When you don’t negotiate your salary, you could be losing out on more than $1 million over the course of your career.
In fact, collectively, women who do ask for raises and invest accordingly are bringing an estimated $12 trillion to the table, according to Sallie Krawcheck.
Negotiating can be scary. But it’s also a necessary part of moving forward in your career — and, of course, getting the income you deserve.
Women who ask for more money at work are often perceived as aggressive, which can impede their willingness to negotiate. After all, through societal expectations, women are taught to behave in a conciliatory way and not rock the boat, even when men are often rewarded for the very behavior that would be deemed aggressive in women.
This so-called aggression can take a toll on other aspects of their work life, such as making friends with colleagues and even receiving raises in the future, according to researchers at the Kennedy School.
In 2018, women earned 85% of the amount men earned, according to data from Pew Research Center. We’re starting from a lower place to begin with, so it’s necessary to negotiate to earn our due.
Sexism and unconscious bias are rampant in the workplace, and some women are not taken as seriously as they deserve. Negotiating a salary is one step they can take to overcome some of these challenges, demonstrating confidence and not just lying back and accepting this treatment.
Remember that initial statistic we mentioned? Women who don’t negotiate could be leaving ore than $1 million. That’s a lot of money over the course of your career.
Negotiating isn’t just about money. It’s also about progressing in your career. You might even be negotiating a promotion (which hopefully comes with a higher salary). In order to move up in your career, you need to gain the confidence to ask for what you deserve. Doing so shows that you believe in your own value; if you don’t recognize your worth, others won’t, either, and you’ll be stuck in the same place.
Of course, it’s possible to get a raise or a promotion without asking. But it’s more likely if you do. That’s just how the business world works.
Of course, there are some times when it makes sense to negotiate and others when it might now be appropriate. It’s a good idea to negotiate when:
• You have another (higher) offer.
• You’ve been consistently performing well and have taken on duties outside of your original job description.
• You’ve been in your job for a sufficient period of time. (At least a year is typical, although in some cases it may be appropriate to ask sooner.)
• You’re prepared to turn down a job offer if the prospective employer refuses to give you the salary you want.
• You truly believe you deserve more than you’re earning or are being offered.
You should rethink negotiating if:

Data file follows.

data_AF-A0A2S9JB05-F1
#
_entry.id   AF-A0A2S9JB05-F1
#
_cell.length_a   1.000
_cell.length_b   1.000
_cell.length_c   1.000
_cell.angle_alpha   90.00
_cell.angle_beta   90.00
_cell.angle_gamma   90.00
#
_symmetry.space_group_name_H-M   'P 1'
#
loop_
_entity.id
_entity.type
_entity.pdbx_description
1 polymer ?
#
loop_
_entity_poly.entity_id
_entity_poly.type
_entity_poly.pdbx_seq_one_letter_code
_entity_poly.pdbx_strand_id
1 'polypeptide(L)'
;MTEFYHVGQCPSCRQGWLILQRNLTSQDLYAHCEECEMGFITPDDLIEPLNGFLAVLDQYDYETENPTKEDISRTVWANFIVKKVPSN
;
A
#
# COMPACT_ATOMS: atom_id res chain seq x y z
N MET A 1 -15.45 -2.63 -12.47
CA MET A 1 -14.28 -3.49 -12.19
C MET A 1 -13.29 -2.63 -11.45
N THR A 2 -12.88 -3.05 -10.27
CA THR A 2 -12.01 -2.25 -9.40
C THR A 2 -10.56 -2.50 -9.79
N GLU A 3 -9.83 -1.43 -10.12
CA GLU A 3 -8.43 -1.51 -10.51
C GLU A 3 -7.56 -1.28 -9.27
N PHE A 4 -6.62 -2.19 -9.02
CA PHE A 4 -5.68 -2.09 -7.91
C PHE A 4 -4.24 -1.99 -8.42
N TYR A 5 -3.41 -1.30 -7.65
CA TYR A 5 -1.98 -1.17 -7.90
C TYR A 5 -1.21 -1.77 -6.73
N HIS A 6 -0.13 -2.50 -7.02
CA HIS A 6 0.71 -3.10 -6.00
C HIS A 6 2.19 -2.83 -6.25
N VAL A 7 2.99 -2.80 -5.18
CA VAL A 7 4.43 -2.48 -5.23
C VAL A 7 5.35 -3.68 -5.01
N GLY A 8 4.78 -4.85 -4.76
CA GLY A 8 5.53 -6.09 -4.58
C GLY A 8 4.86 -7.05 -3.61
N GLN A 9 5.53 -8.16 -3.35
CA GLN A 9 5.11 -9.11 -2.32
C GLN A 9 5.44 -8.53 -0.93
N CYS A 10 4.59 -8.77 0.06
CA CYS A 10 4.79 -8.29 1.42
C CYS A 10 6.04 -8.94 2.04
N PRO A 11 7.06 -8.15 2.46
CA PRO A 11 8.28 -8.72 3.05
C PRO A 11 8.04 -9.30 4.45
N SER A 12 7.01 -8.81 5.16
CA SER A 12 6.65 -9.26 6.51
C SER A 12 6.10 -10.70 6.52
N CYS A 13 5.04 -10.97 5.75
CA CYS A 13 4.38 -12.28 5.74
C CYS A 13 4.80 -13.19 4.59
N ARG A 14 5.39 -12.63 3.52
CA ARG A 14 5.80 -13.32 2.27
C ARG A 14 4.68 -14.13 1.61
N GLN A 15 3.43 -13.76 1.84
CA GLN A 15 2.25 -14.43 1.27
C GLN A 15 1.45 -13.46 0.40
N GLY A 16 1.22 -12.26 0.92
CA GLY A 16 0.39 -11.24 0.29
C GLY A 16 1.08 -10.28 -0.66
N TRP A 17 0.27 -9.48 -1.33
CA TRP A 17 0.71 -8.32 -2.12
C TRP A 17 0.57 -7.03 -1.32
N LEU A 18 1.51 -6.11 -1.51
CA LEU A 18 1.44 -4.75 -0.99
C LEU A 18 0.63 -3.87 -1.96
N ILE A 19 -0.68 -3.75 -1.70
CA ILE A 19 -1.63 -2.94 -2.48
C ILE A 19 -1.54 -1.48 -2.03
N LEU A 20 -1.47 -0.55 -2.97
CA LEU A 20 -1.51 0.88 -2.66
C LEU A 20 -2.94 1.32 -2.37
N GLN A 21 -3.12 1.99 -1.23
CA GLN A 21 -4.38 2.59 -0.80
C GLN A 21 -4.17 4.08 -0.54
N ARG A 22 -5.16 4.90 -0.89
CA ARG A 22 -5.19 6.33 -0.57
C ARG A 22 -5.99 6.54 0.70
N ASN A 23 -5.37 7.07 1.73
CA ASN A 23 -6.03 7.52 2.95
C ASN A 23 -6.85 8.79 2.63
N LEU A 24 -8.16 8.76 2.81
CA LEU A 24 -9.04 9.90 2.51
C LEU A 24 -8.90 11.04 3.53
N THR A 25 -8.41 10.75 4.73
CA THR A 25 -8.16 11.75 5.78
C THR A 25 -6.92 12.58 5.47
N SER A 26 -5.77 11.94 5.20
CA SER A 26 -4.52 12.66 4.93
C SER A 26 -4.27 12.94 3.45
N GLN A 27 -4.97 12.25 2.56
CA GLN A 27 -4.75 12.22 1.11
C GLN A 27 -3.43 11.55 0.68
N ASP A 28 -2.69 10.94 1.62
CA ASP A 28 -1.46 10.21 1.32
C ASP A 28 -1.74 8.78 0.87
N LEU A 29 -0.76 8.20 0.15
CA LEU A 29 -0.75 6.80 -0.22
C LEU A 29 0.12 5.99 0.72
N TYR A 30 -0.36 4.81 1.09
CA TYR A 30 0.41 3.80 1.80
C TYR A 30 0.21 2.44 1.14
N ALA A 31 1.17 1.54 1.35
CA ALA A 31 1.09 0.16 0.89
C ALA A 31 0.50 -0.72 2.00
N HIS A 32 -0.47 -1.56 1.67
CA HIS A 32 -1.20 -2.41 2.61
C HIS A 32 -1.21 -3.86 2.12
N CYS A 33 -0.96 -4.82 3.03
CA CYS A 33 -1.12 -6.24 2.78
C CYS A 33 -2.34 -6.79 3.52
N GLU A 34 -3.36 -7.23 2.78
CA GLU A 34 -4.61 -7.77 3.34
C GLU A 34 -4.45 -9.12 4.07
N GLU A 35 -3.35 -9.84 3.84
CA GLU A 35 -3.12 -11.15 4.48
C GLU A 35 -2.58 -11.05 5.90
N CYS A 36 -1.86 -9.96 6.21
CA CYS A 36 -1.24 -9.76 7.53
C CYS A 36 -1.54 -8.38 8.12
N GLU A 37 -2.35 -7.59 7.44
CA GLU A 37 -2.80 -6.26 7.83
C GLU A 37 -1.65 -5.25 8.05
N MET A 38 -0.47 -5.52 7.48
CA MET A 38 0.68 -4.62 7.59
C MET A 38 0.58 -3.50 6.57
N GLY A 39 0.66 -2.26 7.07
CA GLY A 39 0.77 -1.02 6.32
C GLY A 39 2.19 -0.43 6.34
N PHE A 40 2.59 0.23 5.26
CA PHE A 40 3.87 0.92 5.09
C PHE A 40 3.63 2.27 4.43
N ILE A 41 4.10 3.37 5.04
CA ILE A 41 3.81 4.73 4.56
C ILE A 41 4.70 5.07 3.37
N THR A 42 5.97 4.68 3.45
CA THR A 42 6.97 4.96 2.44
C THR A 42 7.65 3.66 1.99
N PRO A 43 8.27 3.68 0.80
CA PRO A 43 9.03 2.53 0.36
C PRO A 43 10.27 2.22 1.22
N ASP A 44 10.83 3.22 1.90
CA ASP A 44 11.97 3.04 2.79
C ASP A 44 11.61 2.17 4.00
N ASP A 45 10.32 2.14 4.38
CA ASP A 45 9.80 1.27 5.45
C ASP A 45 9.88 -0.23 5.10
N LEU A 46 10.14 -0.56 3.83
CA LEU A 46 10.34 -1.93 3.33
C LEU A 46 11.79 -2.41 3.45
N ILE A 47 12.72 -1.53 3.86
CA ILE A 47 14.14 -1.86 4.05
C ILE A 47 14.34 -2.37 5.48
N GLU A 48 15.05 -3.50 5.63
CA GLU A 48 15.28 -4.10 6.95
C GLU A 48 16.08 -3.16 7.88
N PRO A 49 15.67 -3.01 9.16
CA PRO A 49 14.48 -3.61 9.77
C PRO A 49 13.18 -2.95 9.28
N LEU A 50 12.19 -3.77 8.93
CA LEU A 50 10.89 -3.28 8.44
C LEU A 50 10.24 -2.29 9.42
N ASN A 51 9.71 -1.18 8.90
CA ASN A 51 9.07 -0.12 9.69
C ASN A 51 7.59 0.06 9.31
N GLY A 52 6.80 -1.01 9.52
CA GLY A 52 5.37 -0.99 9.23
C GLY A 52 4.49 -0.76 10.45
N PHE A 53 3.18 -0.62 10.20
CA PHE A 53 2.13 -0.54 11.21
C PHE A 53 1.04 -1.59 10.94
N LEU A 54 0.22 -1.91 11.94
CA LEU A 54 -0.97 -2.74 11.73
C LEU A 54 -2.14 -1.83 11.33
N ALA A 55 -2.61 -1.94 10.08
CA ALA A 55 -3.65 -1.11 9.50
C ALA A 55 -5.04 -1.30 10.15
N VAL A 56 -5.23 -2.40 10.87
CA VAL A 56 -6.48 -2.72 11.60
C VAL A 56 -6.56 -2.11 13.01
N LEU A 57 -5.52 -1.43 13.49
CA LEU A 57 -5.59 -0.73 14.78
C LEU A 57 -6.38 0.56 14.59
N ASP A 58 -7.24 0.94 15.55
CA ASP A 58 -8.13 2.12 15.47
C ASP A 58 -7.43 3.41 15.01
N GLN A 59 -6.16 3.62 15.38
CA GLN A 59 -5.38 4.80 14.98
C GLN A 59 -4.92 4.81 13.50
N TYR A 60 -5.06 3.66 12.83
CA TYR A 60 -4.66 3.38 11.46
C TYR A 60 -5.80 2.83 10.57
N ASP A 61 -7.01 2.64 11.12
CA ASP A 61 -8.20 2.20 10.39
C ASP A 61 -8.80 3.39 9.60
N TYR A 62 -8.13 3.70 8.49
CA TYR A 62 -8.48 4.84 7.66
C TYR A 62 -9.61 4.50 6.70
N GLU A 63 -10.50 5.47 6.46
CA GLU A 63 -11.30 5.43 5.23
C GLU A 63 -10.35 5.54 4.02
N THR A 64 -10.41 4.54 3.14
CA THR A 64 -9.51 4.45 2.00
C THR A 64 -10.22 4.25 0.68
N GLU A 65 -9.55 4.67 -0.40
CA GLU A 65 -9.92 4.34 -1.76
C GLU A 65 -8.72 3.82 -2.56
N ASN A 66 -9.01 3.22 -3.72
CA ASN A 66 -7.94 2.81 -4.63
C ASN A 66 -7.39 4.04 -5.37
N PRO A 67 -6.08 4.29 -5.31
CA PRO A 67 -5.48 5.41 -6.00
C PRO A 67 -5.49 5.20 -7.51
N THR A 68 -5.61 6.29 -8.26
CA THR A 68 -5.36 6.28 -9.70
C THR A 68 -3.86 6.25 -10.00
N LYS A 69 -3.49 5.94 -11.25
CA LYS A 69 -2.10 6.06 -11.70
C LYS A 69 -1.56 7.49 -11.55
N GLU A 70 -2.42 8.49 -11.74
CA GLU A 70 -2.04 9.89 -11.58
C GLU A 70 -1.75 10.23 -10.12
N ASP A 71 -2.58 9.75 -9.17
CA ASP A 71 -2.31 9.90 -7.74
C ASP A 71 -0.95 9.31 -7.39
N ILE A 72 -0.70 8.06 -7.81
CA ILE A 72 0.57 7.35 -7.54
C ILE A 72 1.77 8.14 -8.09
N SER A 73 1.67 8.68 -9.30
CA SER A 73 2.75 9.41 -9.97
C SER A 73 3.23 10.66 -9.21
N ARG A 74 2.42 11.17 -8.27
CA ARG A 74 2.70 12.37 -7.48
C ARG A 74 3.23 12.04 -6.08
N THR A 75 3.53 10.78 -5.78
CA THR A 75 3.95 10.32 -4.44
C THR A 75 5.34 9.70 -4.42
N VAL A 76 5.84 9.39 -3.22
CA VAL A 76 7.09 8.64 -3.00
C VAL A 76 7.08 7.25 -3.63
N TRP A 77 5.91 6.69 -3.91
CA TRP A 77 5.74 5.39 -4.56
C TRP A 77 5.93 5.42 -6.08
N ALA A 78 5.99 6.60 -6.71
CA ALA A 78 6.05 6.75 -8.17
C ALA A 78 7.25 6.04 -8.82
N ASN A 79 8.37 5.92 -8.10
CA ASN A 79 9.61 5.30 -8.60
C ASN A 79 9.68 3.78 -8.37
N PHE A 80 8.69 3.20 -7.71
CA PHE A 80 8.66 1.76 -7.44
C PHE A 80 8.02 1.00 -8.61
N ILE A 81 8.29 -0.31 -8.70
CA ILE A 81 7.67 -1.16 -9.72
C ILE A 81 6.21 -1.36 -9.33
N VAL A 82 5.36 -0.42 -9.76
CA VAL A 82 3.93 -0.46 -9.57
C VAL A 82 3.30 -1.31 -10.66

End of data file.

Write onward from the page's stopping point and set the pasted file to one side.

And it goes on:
• You don’t have sufficient justification for asking for a higher salary.
• You’ve only been in your job for a short period of time (if you’re asking for a higher salary in your current role).
• The prospective employer tells you that the offer is not open to negotiation.
• Your reasoning has to do with personal issues (your kids’ college tuition, you need to make a mortgage payment, you’re late on this month’s rent, etc.) rather than job performance.
Is there any downside to asking for a higher salary? Unless your situation falls into one of the above categories, it’s unlikely that trying to negotiate will hurt you in any way. A current employer is not going to fire you for asking, and a prospective employer won’t withdraw an offer unless you go about it in an abrasive way.
Figure out what you’re going to say beforehand. This is important for both current jobs and job offers. If you receive an offer, ask for some time to consider it before immediately accepting, so you can figure out your best course of action. You may want to write a script or some notes about what you’re going to say so you feel comfortable.
You should do some research on salaries at your company and the industry to come up with a figure that’s appropriate for your position or desired position. If it’s too high, they’re going to refuse and may not go up at all. If it’s too low, you could be missing out on the income you deserve. Articulate this figure in your meeting.
Spell out your accomplishments. If you’re negotiating your current salary, make a list of tasks you’ve taken on outside of your job description, ways you’ve contributed to the team and successes you’ve had. If you’re negotiating a salary for a new job, make a list of the qualities you bring to the table — after all, they chose you for a reason.
If you’re negotiating at your current place of work, schedule a specific time to talk, rather than asking if she has a minute out of the blue. This will allow you to present your case and give her some time to prepare, too.
Using the materials you’ve gathered in steps 1-5, state what you want and explain why you deserve this salary.
If you don’t get what you want, don’t dwell on it. Learn from the experience and use the lessons as fuel for next time. If your manager says no, ask when might be an appropriate time to revisit this. And then repeat the process.
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